How do you rock a baby and then at the same time need to deal with a funeral? And so it’s like, I think that is the thing that informs the plot points about Efren that are clearly different than the experience, the tragedy and grief that I went through but, like you said, informs the book. 

Pendarvis Harshaw: Condolences to the family. And I know that that is something that is ever present and constantly being worked through. And so I imagine that this book is a part of that healing process as well. And in this book, Efren finds healing through friends.

Tomas Moniz: Right

Pendarvis Harshaw: …as he goes through his experience.  It’s not the common kind of friendships that he experiences, like, even the platonic friendships are more intimate than I’ve ever experienced. I’m thinking about an an excerpt from page 197. Chino calls his best friend Metal Man to apologize. If you don’t mind, could we pull that up?


Tomas Moniz: “I’m sorry,” I started. “I see how my reaction was connected to my personal traumas and triggers. I wasn’t able to listen to you unfettered for my own bullshit. I’m not sure what’s going on for me: jealousy, envy, anger. But I love you, and I want to be there for you.”

“Wow, how long have you been practicing that? Felt like my whole life.” 

Metal Matt said, “But actually, you storming off, kind of helped. I told Suzy about it, and we decided right then and there we needed to figure this shit out.”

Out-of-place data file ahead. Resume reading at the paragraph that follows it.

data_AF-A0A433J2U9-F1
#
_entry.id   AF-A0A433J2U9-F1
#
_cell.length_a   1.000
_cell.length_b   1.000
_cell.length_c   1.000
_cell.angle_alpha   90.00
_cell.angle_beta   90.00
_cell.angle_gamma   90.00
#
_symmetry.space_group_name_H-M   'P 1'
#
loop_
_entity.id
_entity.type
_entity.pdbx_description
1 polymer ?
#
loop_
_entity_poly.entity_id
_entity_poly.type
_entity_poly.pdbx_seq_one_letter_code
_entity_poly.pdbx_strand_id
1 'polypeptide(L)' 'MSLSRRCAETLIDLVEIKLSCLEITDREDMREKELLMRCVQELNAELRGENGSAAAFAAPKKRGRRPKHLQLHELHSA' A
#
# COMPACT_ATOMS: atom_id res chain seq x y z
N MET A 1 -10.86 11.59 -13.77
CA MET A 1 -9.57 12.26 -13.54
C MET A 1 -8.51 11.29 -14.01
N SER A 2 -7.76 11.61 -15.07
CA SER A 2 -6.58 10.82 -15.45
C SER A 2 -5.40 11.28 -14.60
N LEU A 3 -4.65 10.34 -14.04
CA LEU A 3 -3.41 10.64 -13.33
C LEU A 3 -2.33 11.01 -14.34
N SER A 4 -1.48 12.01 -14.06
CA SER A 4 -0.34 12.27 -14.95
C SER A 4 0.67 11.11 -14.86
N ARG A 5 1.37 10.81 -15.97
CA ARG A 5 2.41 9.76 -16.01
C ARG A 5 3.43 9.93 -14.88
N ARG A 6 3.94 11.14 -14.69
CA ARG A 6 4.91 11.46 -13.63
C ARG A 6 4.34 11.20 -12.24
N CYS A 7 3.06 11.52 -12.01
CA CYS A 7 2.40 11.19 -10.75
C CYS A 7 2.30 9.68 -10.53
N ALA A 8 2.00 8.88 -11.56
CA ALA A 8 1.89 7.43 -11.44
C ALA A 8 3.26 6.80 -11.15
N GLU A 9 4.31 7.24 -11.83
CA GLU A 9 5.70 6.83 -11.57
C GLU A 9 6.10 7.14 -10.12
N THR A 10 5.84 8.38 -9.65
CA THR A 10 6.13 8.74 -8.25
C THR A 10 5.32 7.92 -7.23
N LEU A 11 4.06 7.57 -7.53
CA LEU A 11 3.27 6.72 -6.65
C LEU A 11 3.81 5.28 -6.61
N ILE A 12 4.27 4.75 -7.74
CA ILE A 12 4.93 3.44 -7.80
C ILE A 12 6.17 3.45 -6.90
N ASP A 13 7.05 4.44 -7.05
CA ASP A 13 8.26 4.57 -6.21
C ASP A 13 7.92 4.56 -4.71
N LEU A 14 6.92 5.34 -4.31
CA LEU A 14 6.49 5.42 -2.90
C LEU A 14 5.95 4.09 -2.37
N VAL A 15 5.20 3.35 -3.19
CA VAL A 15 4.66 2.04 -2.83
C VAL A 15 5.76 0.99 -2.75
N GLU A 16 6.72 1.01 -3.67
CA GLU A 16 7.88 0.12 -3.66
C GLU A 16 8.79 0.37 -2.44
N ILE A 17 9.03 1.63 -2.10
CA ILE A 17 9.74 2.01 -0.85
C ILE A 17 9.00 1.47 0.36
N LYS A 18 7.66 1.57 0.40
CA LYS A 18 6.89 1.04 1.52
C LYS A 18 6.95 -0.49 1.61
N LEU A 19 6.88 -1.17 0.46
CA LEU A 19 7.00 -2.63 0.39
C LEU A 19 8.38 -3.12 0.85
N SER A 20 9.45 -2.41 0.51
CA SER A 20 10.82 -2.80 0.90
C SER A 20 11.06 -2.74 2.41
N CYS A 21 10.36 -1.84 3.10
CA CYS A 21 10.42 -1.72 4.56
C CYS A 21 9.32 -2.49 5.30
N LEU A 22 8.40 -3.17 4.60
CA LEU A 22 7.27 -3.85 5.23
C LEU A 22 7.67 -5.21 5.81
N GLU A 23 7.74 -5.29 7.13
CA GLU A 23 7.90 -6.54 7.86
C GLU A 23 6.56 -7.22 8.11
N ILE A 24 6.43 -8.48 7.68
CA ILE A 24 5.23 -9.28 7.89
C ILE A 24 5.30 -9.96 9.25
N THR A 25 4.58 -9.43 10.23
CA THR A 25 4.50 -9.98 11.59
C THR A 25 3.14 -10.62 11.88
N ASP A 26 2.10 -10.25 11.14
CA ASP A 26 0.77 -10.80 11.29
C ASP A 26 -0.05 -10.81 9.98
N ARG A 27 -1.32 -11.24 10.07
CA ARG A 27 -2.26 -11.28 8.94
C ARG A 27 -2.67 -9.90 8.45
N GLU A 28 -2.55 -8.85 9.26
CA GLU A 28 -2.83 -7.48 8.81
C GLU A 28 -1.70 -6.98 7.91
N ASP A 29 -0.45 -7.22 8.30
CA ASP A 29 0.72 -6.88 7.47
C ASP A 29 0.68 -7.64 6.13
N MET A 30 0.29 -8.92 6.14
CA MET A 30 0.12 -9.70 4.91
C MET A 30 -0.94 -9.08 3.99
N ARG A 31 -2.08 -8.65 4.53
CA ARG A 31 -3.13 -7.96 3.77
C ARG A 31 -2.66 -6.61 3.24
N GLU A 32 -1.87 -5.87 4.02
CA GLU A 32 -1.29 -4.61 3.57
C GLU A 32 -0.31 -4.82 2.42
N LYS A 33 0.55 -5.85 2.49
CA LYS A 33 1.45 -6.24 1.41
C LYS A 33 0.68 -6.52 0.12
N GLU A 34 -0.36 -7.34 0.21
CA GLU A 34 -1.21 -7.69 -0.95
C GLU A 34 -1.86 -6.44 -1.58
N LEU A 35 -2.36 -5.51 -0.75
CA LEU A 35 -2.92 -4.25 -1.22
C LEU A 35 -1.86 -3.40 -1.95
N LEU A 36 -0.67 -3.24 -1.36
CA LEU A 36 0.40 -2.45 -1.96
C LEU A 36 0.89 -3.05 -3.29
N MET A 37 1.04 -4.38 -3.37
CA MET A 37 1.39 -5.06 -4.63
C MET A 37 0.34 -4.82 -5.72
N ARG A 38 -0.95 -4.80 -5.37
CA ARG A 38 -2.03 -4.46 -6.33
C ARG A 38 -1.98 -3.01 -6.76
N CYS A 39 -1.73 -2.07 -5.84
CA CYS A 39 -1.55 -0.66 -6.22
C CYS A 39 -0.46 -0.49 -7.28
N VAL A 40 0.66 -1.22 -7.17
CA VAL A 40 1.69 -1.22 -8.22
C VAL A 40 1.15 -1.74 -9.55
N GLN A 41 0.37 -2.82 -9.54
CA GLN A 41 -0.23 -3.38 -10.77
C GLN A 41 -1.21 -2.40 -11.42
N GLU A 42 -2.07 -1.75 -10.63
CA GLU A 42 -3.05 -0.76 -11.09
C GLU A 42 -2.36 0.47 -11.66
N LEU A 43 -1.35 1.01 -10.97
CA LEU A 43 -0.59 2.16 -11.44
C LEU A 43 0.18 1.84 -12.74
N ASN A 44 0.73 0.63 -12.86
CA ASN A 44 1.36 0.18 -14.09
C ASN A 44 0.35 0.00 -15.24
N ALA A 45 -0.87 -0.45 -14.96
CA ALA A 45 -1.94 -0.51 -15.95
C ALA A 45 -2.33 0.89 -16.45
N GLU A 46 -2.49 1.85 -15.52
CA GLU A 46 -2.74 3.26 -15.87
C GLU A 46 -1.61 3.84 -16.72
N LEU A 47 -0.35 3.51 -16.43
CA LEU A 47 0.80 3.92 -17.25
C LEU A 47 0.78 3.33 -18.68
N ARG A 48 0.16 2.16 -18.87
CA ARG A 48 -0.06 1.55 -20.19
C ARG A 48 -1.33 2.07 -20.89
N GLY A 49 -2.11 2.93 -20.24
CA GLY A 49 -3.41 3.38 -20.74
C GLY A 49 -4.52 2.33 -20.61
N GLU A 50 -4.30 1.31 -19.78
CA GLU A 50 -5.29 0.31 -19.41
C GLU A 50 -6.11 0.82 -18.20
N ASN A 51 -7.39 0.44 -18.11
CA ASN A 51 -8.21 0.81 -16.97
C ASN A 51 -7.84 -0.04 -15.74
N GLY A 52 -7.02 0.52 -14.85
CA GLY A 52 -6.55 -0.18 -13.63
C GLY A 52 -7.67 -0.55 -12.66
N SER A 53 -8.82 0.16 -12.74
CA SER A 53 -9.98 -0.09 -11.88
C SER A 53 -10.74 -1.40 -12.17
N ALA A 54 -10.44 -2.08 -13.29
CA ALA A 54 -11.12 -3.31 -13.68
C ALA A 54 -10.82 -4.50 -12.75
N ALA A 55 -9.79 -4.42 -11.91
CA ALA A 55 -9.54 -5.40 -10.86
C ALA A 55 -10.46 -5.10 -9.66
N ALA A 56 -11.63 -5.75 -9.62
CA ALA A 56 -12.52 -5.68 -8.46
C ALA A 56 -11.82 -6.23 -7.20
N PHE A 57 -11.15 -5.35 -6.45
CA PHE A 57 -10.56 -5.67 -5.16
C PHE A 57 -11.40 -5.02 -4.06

Tomas Moniz: He’s trying so hard to own his own stuff, and yet they can joke about, like, “Yeah, I could see you trying real hard to own your own stuff.” And they go back and forth like that. And there’s a few scenes like that in the novel where they kind of try and unpack their feelings, as well as be there for each other.  

Pendarvis Harshaw: That’s some jerk stuff that one of my friends would say for sure during a hard moment, you know?

Tomas Moniz: Exactly! But it’s also one of those moments and it’s like, it’s lovingly like teasing you in this kind of way that I feel like it’s really important.

Tomas Moniz: I feel like the comps to this kind of book are always like, particularly with male friendships, are always like these big adventure stories, these like, on the road kind of trips across the country. And I really wanted to kind of explore the way friendship has shown up in my life, more so than anything else like that, which is the small ways that we hang out with each other. Right? We watch the Warriors lose. Right? And we got to mourn together. Right? We go out and get drinks and we celebrate birthdays or losses. So I think that’s kind of where my focus on intimacy in relation to friendships, and particularly men was. I tried to center that.